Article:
“Don’t worry,” she says they tell her. “You have two Canadian passports, you’re Canadian.”
Hajrizi camped out in front of Prime Minister Justin Trudeau’s office for eight days last December to try to make it so — legally. For her efforts, she got bronchitis and pneumonia.
Hajrizi’s advocacy is “unbelievably forceful and persuasive,” says Cynthia Levine-Rasky, a sociology professor at Queen’s University and author of Writing the Roma.
It’s also necessary. If there is one generalization Levine-Rasky is comfortable making about Roma people, it’s that you cannot make a generalization.
“They’re tremendously diverse, like any group in diaspora,” she says. “They don’t all speak the Romani language, they have many different religions, many different identities and practices.”
The downside to that is there is no national homeland to return to, nor is there a country of origin that can advocate for them collectively, Levine-Rasky says.
“They don’t have anywhere to go… nobody to say, ‘Please speak out on our behalf.’”
This is something the Urbanowicz-Hajrizi family knows all too well.
Urbanowicz is Roma from Poland, while her husband, Ismet Hajrizi, is Muslim Roma from Serbia. When she fled her abusive first husband for Ismet, her Roma family in Poland disowned her.
The newlyweds lived in former Yugoslavia, where both Hajrizi and Camila were born. But those were turbulent, conflict-ridden years as Yugoslavia broke into Slovenia, Croatia, Bosnia and Herzegovina, Serbia and Macedonia. The family fled for Canada, arriving in Vancouver in 1997 and eventually settling in Ottawa.
Most people in Canada do not have “the slightest clue” about Roma people or anti-Roma discrimination, says Levine-Rasky, because here they can live almost anonymously, whereas in Europe they are viewed as racialized people and racism towards them is “ubiquitous.”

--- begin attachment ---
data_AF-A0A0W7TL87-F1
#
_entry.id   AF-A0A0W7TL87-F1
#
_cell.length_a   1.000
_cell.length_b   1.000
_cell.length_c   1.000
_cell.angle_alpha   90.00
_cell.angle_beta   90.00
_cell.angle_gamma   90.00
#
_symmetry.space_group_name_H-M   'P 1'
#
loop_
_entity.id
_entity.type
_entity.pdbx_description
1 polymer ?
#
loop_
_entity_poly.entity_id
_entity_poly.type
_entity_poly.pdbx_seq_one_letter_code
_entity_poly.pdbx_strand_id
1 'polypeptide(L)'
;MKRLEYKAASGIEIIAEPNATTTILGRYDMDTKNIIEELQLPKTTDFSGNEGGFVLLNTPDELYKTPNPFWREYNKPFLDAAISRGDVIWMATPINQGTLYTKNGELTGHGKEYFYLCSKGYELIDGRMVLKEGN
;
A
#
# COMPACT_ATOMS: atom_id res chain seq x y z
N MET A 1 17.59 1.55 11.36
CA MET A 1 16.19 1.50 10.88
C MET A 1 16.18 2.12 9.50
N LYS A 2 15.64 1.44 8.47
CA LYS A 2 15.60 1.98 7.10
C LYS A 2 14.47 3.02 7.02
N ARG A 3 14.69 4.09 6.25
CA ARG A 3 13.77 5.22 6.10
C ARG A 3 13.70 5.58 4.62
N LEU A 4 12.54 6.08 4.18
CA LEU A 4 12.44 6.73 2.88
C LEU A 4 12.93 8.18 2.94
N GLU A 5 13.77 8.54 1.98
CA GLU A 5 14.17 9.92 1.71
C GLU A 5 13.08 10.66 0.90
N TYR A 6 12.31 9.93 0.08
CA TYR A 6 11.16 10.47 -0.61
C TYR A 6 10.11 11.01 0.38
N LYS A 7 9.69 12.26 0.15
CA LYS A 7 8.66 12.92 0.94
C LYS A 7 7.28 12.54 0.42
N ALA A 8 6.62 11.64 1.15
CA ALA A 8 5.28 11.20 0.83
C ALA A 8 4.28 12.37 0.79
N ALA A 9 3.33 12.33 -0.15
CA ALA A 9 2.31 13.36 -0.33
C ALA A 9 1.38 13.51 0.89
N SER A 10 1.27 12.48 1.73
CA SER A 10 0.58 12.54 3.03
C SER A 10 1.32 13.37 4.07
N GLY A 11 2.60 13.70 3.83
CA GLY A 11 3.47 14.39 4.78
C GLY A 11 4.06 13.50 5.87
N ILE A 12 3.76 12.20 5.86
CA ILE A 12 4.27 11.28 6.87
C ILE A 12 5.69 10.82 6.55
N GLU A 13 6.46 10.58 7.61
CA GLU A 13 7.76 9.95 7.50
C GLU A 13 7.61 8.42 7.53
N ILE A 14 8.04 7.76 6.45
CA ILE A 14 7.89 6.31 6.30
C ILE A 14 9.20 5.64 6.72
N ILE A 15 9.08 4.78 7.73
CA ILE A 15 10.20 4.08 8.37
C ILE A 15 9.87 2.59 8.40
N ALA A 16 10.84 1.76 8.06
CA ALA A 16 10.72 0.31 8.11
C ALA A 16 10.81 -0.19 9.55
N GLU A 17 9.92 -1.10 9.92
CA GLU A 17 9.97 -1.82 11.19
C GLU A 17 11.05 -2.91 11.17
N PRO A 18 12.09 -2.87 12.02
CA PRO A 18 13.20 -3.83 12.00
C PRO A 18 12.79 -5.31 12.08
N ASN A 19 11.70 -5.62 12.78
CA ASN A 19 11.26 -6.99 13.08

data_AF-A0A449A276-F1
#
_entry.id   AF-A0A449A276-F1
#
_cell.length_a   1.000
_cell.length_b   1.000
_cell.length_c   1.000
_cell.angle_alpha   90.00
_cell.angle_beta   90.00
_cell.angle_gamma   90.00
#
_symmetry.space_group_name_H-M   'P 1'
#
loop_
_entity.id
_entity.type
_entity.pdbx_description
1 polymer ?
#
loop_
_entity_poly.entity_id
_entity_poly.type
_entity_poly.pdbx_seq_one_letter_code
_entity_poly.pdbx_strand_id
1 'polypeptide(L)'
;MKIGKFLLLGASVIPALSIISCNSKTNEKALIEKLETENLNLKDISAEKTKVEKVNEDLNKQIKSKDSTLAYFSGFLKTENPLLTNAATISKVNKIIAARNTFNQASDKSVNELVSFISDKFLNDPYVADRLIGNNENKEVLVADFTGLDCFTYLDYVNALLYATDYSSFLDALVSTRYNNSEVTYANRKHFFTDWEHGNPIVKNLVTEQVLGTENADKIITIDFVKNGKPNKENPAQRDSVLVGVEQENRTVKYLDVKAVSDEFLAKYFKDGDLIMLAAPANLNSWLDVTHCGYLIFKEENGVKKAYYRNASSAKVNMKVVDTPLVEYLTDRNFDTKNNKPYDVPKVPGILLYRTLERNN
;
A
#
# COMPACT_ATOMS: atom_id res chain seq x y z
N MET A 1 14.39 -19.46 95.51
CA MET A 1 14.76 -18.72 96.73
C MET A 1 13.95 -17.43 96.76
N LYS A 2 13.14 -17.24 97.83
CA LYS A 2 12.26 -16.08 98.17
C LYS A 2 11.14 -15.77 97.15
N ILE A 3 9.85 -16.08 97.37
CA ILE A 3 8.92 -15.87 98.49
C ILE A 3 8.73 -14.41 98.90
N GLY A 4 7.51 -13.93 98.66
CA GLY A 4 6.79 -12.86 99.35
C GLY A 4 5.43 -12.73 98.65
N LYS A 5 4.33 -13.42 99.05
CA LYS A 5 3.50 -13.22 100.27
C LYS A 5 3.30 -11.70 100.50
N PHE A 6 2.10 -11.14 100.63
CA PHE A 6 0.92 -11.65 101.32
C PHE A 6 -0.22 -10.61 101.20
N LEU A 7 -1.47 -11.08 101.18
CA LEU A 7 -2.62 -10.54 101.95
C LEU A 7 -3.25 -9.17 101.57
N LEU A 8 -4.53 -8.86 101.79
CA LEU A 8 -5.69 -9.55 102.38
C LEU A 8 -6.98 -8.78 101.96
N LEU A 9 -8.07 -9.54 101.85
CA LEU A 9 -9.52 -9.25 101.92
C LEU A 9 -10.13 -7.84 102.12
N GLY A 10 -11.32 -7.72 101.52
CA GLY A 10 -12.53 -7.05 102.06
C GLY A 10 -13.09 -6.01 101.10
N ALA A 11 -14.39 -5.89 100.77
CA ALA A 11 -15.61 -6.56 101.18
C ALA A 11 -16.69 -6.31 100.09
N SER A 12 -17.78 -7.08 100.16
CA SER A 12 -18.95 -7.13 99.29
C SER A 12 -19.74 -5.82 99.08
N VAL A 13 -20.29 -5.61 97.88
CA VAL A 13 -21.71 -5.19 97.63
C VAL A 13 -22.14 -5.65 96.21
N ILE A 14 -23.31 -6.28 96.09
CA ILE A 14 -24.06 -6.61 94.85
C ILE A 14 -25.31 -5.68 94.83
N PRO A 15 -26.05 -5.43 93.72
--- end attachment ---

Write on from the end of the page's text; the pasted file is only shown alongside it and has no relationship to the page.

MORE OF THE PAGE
No matter where on the continent they are, they are “marginalized and targets of hatred, very long-standing historical, structural hatred,” she says. And while in Canada, it isn’t socially acceptable to publicly say, “I hate so-and-so group of people,” that isn’t the case in Europe for Roma people.
“In Europe, it is completely publicly acceptable to target and to publicly make claims against the Roma,” Levine-Rasky says, “whether this is denying them a job opportunity or health care or housing or education for their kids or social services, you can very easily get away with it.”
In Canada, the Urbanowicz-Hajrizi family feels safe and, until Ismet was deported, whole. But their refugee applications were denied, something Hajrizi blames on failures on the part of their legal representatives to correctly file documents on time. Immigration, Refugees and Citizenship Canada did not respond to multiple questions from Global News.
Theirs wouldn’t be the only case like that, says Sharry Aiken, a law professor at Queen’s University.